I think the aim of the Flipped Classroom is to have less control. Using the flipped classroom gives students more control and ownership of their learning. If you mean classroom control, then no, I think you have to be really on top of your game and expect class time to look different. Everyone can be learning differently at once and it can get noisy. But, noisy does not mean that learning is absent. Not sure what you mean by control.
I have LOVED giving up control and having students feel free to come up to the board and teach the class, to ask questions, have spontaneous discussion etc.
I think that you are right on. I think that as teachers we are trying to transfer our skills and expertise to our students. We didn't learn by passively doing it. We learned by doing, practicing and getting feedback.
I agree that in a flipped class you do give up control, and let me tell you what a wonderful feeling that is. I’ve always believed that teaching is a partnership between the teacher and student, but in the past I’ve felt that I was doing 80% of the work and the student just did the other 20%. Now I feel that the playing field has been leveled. My students used to be able to sit and passively and listen to me lecture more days a week than I’d like to admit, but now students have to actively engage and work with content everyday. While it has always been the responsibility of the student to do the learning, I feel that this lack of control has shown students I’m not in control of their learning- they are.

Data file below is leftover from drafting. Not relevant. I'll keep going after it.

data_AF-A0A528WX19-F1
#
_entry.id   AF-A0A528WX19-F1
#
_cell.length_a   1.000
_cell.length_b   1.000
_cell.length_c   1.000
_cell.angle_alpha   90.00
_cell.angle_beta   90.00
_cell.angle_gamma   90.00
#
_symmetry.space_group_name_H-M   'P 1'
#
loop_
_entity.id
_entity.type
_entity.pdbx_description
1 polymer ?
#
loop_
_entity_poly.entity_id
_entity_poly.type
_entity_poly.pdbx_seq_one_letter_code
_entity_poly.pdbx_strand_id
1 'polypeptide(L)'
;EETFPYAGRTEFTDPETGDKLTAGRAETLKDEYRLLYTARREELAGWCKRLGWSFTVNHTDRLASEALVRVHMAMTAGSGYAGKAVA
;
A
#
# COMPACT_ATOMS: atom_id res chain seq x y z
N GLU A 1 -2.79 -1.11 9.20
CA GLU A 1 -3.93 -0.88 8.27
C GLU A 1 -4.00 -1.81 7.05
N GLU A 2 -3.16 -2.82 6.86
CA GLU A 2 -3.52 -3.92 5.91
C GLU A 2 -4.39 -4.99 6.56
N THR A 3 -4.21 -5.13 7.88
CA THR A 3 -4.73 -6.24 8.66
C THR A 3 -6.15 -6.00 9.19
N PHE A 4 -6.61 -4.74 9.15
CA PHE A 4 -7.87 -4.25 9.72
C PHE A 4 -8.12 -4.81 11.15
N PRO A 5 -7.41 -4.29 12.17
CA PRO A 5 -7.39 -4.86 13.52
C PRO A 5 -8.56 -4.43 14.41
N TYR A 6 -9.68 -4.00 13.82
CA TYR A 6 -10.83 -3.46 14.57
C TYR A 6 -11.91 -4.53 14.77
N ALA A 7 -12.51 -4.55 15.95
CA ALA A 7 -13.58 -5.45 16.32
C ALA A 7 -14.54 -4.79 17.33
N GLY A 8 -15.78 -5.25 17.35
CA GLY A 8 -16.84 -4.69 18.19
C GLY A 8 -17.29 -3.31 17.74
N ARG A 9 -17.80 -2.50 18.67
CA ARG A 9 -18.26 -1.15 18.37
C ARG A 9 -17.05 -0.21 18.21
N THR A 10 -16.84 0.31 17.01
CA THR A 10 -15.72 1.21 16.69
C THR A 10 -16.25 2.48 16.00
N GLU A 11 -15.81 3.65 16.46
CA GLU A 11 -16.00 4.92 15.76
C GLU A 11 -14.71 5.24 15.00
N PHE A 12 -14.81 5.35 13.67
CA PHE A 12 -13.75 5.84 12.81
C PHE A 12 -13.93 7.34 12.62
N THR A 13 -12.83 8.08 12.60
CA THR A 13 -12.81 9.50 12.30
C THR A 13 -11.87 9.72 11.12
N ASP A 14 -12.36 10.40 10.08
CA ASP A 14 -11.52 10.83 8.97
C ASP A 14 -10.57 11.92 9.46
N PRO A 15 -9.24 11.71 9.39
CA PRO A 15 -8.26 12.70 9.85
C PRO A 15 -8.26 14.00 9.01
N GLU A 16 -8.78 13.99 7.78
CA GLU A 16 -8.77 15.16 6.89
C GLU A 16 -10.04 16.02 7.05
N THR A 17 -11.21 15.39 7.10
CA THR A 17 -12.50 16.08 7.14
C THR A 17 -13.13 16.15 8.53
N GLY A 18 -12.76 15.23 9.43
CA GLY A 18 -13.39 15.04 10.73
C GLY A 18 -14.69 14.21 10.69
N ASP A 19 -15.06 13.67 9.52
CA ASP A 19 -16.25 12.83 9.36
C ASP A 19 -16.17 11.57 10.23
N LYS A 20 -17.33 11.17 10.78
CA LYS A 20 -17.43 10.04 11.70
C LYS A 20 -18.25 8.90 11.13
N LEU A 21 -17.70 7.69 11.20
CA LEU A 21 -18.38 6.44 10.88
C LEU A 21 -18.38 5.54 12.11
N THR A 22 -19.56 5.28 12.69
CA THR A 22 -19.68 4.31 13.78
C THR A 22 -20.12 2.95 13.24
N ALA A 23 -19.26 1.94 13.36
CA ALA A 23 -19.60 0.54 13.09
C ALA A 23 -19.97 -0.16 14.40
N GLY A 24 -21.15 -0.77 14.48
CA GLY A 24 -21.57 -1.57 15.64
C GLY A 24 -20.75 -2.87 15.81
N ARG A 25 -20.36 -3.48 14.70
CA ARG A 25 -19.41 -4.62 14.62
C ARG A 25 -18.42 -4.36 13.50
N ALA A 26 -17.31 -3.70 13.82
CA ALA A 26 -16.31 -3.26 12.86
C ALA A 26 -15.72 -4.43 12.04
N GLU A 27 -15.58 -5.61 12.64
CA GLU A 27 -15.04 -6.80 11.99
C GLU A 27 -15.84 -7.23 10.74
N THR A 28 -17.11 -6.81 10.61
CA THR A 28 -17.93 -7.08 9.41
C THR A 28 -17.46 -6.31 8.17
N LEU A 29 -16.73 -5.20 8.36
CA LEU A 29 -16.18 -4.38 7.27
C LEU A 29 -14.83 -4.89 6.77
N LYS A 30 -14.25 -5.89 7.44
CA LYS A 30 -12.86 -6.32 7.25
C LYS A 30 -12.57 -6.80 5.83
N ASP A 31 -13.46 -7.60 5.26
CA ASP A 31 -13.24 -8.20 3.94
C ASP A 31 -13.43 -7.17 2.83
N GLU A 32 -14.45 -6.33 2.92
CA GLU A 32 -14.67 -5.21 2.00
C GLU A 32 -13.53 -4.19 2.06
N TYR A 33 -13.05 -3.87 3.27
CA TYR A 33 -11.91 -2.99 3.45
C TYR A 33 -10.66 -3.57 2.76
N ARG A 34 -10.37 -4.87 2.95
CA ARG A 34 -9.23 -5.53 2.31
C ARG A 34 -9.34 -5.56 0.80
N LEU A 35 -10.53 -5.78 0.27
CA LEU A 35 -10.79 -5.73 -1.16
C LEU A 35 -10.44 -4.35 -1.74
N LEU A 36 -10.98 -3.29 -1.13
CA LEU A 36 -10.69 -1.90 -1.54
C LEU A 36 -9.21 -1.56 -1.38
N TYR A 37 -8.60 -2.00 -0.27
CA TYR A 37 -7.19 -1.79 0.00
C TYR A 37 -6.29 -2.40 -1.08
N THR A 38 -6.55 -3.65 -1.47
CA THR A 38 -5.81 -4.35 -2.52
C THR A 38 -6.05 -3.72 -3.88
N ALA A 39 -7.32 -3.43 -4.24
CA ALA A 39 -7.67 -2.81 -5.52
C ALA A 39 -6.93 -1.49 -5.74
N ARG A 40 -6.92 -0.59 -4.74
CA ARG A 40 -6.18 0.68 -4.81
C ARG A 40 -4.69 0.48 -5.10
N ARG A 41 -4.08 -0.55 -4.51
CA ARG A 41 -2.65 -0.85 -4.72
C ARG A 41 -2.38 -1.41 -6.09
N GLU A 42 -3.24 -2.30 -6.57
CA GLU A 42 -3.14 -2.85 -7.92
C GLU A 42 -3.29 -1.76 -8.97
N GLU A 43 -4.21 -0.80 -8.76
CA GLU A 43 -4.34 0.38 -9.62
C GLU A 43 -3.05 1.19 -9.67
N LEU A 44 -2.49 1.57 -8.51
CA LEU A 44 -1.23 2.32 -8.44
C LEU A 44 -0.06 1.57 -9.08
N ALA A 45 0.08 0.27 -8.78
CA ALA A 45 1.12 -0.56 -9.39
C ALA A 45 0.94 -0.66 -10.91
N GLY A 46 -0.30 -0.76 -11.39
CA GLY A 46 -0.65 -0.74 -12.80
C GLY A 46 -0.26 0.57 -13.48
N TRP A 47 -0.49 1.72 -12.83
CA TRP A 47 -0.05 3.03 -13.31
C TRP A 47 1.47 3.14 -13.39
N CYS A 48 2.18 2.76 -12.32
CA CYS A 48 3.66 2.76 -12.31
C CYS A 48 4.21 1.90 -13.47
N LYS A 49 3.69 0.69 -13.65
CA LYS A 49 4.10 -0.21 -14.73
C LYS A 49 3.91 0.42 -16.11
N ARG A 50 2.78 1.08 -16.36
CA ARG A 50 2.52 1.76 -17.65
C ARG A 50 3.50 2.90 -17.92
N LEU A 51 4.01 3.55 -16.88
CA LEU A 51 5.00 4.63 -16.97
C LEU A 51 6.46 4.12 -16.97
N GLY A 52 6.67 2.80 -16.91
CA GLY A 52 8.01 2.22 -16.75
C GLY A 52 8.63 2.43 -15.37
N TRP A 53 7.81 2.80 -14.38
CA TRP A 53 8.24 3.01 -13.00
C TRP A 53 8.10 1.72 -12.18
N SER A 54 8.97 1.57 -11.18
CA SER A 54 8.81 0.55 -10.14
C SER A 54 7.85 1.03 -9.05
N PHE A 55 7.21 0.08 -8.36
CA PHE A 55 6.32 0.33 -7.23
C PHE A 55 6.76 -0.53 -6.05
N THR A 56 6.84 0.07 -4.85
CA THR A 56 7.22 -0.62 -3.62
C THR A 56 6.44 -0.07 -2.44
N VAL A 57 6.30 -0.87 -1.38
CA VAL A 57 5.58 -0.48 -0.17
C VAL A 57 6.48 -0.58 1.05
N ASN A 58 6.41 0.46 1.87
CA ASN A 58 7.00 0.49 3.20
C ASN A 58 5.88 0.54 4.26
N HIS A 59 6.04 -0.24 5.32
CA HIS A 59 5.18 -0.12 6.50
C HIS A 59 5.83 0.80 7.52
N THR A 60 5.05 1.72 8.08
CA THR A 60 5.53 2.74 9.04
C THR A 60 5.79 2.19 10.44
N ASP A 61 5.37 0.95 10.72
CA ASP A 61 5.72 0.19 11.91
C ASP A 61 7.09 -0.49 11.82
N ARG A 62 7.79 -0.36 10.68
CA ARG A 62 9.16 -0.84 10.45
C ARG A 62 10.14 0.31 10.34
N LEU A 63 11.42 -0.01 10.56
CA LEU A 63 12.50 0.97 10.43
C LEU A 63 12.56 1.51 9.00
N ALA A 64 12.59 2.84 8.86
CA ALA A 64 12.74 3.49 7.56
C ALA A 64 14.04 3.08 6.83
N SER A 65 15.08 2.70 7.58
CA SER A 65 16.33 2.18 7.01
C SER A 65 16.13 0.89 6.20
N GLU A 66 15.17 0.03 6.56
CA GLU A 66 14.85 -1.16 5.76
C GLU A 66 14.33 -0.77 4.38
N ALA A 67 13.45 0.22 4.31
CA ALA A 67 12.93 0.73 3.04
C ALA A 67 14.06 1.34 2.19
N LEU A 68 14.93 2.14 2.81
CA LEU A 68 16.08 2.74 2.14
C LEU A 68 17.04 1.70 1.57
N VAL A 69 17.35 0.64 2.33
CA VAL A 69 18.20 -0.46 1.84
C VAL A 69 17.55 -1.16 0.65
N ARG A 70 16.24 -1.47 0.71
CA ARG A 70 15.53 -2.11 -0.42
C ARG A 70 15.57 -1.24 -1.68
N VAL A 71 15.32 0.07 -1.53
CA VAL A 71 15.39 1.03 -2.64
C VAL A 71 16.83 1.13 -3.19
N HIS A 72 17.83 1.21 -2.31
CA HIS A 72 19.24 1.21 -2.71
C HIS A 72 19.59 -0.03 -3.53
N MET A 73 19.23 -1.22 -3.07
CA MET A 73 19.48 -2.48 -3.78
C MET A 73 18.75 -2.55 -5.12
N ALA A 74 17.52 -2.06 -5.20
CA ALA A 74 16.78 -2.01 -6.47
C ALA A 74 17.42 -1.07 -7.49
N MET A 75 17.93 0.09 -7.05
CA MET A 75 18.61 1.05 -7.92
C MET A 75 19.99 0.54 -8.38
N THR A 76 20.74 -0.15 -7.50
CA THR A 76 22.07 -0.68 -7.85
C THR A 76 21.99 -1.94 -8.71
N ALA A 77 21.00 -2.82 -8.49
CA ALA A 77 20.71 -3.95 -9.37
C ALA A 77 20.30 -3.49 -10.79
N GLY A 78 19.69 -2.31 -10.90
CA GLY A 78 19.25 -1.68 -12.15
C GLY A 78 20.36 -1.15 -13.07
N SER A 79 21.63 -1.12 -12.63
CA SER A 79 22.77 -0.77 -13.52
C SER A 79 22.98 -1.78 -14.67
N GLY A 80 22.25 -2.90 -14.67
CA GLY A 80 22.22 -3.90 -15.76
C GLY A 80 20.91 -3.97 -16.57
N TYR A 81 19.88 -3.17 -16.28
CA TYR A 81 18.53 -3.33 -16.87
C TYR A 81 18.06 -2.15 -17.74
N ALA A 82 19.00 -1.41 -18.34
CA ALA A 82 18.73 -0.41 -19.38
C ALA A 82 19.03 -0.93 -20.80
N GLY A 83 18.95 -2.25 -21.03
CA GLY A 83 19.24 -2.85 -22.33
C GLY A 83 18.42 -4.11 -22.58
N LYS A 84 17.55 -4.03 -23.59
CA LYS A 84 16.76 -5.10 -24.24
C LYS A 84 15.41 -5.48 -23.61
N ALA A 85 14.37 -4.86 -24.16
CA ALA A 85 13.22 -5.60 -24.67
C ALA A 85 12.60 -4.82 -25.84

This is my third year doing a flipped classroom, but my first year in flipped mastery. I feel like I am constantly at odds with myself in developing the pace at which I should be pushing. I want the kids to feel free to work at their own pace, but that also means that kids will also only go as fast as they are pushed to go. Which has led me to another discovery. I find myself teaching 10-12th graders how to be students. They are so ingrained in the process of "sit and get" that they don't know how to be learners. Is anyone else seeing this?
You are absolutely right. What I then wrestle with is not covering content because we are learning to be better learners. In the long run of their lives, I am comfortable with that.
Since I am primarily only teaching 12th graders, I see this as part of the transition to college. The only other flipper in the school teaches 5th and 7th grade (started this year). Maybe in several years those kids will have developed more as learners at a younger age, or they will have forgotten everything (as they often try to use as an excuse).
Yes, I am teaching freshmen in college- and I am getting a decent amount of resistance. They are claiming that they are teaching themselves because I am not lecturing in class. They do get my lectures- througho video and we practice problems in class. But, there is a group of students that, I feel like, don't want to put in the effort- they just want the grade. And, honestly I don't have the time to teach them how to learn or act like a students. I know what I am doing works, it is just really frustrating when the people I am trying to help/teach aren't receptive to it.